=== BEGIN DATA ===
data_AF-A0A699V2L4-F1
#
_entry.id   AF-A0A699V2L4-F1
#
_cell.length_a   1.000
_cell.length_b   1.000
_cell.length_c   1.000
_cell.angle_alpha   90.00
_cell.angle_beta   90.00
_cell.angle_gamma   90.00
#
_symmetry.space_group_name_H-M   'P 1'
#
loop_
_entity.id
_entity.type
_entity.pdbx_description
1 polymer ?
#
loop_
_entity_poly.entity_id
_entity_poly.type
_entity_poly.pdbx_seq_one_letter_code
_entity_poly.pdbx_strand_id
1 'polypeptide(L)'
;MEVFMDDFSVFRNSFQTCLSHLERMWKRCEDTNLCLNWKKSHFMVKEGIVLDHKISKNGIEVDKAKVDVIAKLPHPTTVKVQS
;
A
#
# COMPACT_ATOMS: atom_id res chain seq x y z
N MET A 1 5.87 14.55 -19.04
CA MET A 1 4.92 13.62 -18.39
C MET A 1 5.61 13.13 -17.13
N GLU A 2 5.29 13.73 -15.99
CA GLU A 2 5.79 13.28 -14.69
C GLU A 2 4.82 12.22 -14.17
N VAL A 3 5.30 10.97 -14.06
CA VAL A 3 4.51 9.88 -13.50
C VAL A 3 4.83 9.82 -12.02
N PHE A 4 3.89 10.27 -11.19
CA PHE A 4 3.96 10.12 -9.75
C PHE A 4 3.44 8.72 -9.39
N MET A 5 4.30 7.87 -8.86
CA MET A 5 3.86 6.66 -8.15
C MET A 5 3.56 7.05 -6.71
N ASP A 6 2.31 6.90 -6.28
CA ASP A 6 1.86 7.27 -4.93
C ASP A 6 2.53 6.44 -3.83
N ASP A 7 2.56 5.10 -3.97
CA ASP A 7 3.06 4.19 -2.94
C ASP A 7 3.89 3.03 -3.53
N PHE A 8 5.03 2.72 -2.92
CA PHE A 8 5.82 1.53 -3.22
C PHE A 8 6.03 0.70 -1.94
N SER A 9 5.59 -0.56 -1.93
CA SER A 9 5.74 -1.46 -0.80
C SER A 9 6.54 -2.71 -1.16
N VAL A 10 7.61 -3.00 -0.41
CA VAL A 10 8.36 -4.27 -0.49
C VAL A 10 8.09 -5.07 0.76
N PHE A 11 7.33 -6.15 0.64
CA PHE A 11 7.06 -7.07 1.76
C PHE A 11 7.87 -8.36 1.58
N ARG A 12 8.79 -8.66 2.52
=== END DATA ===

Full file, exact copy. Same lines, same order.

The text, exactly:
data_AF-A0A699V2L4-F1
#
_entry.id   AF-A0A699V2L4-F1
#
_cell.length_a   1.000
_cell.length_b   1.000
_cell.length_c   1.000
_cell.angle_alpha   90.00
_cell.angle_beta   90.00
_cell.angle_gamma   90.00
#
_symmetry.space_group_name_H-M   'P 1'
#
loop_
_entity.id
_entity.type
_entity.pdbx_description
1 polymer ?
#
loop_
_entity_poly.entity_id
_entity_poly.type
_entity_poly.pdbx_seq_one_letter_code
_entity_poly.pdbx_strand_id
1 'polypeptide(L)'
;MEVFMDDFSVFRNSFQTCLSHLERMWKRCEDTNLCLNWKKSHFMVKEGIVLDHKISKNGIEVDKAKVDVIAKLPHPTTVKVQS
;
A
#
# COMPACT_ATOMS: atom_id res chain seq x y z
N MET A 1 5.87 14.55 -19.04
CA MET A 1 4.92 13.62 -18.39
C MET A 1 5.61 13.13 -17.13
N GLU A 2 5.29 13.73 -15.99
CA GLU A 2 5.79 13.28 -14.69
C GLU A 2 4.82 12.22 -14.17
N VAL A 3 5.30 10.97 -14.06
CA VAL A 3 4.51 9.88 -13.50
C VAL A 3 4.83 9.82 -12.02
N PHE A 4 3.89 10.27 -11.19
CA PHE A 4 3.96 10.12 -9.75
C PHE A 4 3.44 8.72 -9.39
N MET A 5 4.30 7.87 -8.86
CA MET A 5 3.86 6.66 -8.15
C MET A 5 3.56 7.05 -6.71
N ASP A 6 2.31 6.90 -6.28
CA ASP A 6 1.86 7.27 -4.93
C ASP A 6 2.53 6.44 -3.83
N ASP A 7 2.56 5.10 -3.97
CA ASP A 7 3.06 4.19 -2.94
C ASP A 7 3.89 3.03 -3.53
N PHE A 8 5.03 2.72 -2.92
CA PHE A 8 5.82 1.53 -3.22
C PHE A 8 6.03 0.70 -1.94
N SER A 9 5.59 -0.56 -1.93
CA SER A 9 5.74 -1.46 -0.80
C SER A 9 6.54 -2.71 -1.16
N VAL A 10 7.61 -3.00 -0.41
CA VAL A 10 8.36 -4.27 -0.49
C VAL A 10 8.09 -5.07 0.76
N PHE A 11 7.33 -6.15 0.64
CA PHE A 11 7.06 -7.07 1.76
C PHE A 11 7.87 -8.36 1.58
N ARG A 12 8.79 -8.66 2.52